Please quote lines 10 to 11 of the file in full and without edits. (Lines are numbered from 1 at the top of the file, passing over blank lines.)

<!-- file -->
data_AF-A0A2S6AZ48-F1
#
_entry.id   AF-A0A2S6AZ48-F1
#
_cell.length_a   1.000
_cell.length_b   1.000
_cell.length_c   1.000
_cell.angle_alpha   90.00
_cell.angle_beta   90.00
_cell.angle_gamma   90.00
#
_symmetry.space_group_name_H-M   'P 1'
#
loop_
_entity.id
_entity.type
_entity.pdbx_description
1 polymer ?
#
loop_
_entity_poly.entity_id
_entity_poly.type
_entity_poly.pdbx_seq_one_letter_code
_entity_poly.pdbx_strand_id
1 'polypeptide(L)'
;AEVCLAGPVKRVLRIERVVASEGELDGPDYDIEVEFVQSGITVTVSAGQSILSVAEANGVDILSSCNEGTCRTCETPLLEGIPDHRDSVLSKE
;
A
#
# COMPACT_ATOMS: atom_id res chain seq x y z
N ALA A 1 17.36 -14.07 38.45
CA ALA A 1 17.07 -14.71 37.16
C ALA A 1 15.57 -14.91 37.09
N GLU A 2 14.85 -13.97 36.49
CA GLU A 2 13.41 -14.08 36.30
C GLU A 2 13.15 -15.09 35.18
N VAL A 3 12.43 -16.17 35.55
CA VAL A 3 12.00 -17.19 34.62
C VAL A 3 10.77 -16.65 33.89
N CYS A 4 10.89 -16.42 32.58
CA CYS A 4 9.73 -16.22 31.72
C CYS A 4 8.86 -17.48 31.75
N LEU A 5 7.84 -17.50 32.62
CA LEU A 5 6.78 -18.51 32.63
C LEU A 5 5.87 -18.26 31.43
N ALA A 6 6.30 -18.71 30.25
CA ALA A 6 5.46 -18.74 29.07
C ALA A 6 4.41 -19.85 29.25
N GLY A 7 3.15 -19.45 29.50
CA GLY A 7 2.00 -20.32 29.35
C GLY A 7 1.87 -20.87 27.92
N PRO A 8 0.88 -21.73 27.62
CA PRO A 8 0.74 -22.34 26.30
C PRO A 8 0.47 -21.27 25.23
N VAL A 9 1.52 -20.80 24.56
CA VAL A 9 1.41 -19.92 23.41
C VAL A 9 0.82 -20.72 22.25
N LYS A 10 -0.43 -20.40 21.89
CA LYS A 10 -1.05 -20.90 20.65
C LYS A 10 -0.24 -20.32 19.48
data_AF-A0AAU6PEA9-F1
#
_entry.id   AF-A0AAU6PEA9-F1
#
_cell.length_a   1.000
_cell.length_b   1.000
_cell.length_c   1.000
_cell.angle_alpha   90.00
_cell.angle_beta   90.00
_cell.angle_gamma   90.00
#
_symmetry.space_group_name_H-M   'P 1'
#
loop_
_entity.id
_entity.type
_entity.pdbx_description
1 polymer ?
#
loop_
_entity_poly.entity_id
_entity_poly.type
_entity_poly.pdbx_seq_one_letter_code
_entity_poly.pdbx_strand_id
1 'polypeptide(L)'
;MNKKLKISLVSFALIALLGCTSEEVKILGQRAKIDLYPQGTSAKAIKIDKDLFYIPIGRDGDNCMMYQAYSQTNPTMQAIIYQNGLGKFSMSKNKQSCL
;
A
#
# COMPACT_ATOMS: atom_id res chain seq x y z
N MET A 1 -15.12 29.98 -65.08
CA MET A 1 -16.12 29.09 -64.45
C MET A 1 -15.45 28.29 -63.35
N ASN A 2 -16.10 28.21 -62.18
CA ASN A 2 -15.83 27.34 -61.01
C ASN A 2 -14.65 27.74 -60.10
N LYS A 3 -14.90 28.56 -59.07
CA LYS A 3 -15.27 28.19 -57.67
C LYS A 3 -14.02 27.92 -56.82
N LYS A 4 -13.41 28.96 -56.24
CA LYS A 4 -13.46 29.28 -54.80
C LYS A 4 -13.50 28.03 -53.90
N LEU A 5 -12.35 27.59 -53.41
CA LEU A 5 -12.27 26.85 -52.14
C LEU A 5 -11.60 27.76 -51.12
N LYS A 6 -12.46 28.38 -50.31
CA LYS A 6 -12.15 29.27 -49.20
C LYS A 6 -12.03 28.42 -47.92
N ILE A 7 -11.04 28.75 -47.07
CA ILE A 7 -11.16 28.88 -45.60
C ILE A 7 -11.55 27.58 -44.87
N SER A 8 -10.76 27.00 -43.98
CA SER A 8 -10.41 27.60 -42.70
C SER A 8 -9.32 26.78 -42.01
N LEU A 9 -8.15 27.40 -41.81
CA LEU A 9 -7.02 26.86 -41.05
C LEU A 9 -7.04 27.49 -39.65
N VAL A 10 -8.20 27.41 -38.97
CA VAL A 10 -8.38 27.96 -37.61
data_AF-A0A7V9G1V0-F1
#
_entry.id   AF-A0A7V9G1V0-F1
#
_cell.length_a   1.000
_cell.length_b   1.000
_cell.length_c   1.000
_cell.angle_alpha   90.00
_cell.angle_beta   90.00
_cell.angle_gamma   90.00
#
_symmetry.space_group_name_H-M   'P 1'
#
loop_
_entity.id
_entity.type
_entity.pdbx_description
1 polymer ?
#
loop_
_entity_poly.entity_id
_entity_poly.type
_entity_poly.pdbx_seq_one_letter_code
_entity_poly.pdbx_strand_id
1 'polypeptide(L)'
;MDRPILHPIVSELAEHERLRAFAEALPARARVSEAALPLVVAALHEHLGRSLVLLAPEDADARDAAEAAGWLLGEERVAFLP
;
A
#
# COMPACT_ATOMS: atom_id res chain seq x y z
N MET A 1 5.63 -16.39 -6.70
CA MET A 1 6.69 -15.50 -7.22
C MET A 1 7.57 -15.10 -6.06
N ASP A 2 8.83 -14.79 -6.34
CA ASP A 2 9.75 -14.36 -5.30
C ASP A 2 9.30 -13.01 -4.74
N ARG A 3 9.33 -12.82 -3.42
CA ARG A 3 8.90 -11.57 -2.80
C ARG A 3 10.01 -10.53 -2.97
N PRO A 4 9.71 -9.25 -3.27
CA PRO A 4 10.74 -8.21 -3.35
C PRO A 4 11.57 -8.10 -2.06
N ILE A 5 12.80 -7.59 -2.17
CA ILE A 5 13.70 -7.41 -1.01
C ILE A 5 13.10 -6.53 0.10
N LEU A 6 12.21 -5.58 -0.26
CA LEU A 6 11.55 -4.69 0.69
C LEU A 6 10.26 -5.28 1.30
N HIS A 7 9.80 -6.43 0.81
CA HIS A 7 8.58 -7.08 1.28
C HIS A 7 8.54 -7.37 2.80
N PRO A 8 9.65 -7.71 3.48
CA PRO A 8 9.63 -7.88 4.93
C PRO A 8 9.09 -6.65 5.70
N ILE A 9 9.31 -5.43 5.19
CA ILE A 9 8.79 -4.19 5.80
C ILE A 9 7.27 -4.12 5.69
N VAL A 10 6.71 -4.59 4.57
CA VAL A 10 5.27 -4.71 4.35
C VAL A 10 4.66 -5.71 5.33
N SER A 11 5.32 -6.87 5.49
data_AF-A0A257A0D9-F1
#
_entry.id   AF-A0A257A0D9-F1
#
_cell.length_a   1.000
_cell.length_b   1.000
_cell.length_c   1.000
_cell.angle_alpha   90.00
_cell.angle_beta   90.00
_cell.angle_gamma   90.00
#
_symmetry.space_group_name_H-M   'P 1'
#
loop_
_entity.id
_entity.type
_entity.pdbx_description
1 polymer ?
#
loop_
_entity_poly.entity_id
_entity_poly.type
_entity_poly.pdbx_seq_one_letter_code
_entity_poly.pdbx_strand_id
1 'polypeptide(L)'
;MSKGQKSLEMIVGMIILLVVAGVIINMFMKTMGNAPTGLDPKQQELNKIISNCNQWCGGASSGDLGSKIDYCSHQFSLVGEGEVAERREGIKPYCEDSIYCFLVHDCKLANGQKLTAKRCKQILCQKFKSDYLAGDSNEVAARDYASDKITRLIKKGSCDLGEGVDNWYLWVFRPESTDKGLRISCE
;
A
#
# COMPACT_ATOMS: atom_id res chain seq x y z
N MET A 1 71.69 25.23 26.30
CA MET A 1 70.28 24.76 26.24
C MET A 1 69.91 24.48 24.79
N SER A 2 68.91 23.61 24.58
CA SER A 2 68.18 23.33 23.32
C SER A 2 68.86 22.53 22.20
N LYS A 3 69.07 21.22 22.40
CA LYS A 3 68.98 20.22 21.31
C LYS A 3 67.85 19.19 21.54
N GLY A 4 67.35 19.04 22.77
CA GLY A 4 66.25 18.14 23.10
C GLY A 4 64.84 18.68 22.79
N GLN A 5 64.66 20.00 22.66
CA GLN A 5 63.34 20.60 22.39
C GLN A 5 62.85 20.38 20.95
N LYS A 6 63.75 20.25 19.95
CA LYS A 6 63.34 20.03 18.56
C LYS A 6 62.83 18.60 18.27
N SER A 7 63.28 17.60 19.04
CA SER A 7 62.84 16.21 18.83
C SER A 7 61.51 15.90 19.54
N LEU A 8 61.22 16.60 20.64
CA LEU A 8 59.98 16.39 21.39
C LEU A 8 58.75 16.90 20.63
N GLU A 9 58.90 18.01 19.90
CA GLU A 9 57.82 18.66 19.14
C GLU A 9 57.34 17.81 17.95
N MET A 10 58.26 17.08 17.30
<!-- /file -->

_cell.angle_gamma   90.00
#